Posted on: November 23, 2016
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Robbie regularly visits the Dutch Area Health Authority (locally known as Gemeentelijke GezondheidsDienst or GGD abbreviated) to get an STD test. Every time he makes up a fake story so he doesn’t have to pay. “I don’t feel like paying 90 Euros for a regular STD test in Holland. So I check some extra marks on the application form”. Robbie isn’t alone. GGD’s across Holland suspect that people regularly lie to get a free test. This fact has emerged after research done by the Dutch news agency NOS. “It’s a daily occurrence”, states the spokesperson for GGD Gelderland-Zuid. “Our doctor assistants have almost become police officers. We know this is happening because everyone uses the same story when they call us. The story apparently has been doing the rounds at students’ guilds.”
Did you know that it is not mandatory for prostitutes in the Netherlands to get tested on STD’s? Everyone in the Netherlands can decide for themselves whether he or she would like to get tested on STD’s or not. That is a fundamental right and therefore it also applies for prostitutes and their customers. Although it’s not mandatory to get tested, the Dutch government and several Dutch organizations promote STD testing for these 3 groups (sex workers, youths and gays) by offering them for free.
The 2015 stricter rules were implemented for getting a free STD test and the total number of STD tests that could be done by GGD’s was decreased. Only people who are a part of so called “high risk groups” can get a free STD test in Holland. Youths under the age of 25, homosexuals and sex workers are considered high risk groups. Those not part of a high risk group can still get a free STD test in Holland if they are warned by their sexual partner, have obvious symptoms, or if they had sex with someone from a high risk group.
The GGD’s determine via a screening procedure if people are granted the free STD test. People who are not part of the aforementioned high-risk categories have to go to their general practitioner. You often have to pay your own bill if you get tested there because of the obligatory deductible that comes with health insurance in Holland. The bill for an STD test can run up to 200 Euro and doing the test at your general practitioner is of course less anonymous.
These rules and costs give big incentives to people to make up symptoms, lie about their age or exaggerate their sexual past. Some GGD’s inform the NOS that people openly admit to this once they are accepted into to the consultation. Statistics also show that people don’t always tell the truth. “We know that with certain typical excuses, less STD’s will be found than expected”, states a spokesperson for GGD Noord- en Oost-Gelderland. “The detection percentage is remarkably low”.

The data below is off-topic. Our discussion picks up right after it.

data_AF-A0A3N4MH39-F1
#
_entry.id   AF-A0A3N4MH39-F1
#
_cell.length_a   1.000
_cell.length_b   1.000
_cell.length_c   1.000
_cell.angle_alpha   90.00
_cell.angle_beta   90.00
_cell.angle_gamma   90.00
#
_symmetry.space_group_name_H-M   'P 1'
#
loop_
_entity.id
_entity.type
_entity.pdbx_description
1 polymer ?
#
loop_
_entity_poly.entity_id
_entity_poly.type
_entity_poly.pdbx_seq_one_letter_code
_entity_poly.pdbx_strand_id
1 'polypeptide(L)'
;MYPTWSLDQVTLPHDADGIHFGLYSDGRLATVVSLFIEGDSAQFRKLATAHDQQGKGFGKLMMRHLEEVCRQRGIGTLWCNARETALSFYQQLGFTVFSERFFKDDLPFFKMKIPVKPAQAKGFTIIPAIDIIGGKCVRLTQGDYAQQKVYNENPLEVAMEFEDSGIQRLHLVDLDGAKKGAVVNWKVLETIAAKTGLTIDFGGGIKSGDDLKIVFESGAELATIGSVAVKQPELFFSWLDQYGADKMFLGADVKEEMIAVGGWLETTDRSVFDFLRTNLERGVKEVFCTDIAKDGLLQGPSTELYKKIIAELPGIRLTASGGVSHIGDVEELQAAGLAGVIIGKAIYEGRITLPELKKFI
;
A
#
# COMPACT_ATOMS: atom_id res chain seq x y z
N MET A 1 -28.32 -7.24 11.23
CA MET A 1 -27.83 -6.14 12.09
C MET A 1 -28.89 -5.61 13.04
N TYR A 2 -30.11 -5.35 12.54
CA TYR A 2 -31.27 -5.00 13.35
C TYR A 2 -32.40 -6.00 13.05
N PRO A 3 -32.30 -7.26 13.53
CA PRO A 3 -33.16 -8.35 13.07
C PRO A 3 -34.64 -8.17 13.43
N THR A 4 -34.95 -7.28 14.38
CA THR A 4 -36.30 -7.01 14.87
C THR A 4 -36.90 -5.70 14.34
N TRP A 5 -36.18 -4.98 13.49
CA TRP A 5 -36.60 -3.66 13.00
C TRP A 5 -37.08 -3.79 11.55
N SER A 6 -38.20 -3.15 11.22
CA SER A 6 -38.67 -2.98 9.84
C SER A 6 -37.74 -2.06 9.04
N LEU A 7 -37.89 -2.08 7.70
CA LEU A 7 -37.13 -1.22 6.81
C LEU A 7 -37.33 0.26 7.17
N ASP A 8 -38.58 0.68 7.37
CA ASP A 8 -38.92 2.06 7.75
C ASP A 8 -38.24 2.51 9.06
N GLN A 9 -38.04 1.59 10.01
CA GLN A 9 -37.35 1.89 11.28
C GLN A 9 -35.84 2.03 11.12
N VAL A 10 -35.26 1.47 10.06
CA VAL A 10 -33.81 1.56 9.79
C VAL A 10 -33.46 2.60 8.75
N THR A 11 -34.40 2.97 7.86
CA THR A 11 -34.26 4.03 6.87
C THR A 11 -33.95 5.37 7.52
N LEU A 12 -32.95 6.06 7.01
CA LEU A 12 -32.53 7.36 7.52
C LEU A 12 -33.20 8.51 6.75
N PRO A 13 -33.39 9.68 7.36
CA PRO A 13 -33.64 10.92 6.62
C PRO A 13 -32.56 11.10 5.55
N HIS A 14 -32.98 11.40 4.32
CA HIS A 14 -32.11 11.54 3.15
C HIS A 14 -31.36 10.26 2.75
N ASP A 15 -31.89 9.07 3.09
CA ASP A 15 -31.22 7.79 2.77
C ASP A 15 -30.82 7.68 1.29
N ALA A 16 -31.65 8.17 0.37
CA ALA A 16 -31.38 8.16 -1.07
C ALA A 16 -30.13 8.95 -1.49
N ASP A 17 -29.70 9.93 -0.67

The Dutch RIVM, responsible for coordinating the national health services, recognises the observations. “Despite a strict screening, people are able to get a free STD test in Holland. We have noticed a relationship between the higher obligatory deductible and the increase in GGD-testers”. Even though many GGD’s doubt the claims made by some of the applicants they seldom send someone home because of it. “When someone is at the free consultation, even though they shouldn’t be there, our professionals would still rather help them instead of sending them away” states GGD Zeeland. “Taking care of people is our line of work”.
According to the RIVM the number of people who got an STD test in Holland has decreased for the first time in years. This is in part due to the fact that less people can be tested. However, the detection percentage has increased, which means that more just applicants have been tested. For this reason GGD’s are still satisfied with the current state of the program. “Our detection percentage has been increasing for years”, states GGD for the Utrecht region. “We’ve observed that also the right people get a consultation!”.
The Condomerie is world’s first condom shop which is situated in the Red Light District.
A total of 66,000 people were tested in the first half of 2016. The number of people who actually had an STD increased from 16.7 percent to 18.2 percent. 9,429 people were diagnosed with Chlamydia. An increase of 6 percent compared to 2015. Chlamydia is especially prevalent among females and heterosexual males. The number of Gonorrhoea infections has also increased by 12 percent to 2,800.
In the past it affected mostly homosexuals but the last few years heterosexuals have been getting the infection at an increasing rate. Infectious Syphilis has increased from 446 to 629 cases. This STD is more common among homosexuals. A total of 125 people got an LGV-infection. This is an aggressive variant of anal chlamydia. In the first half of 2015 there were only 88 cases.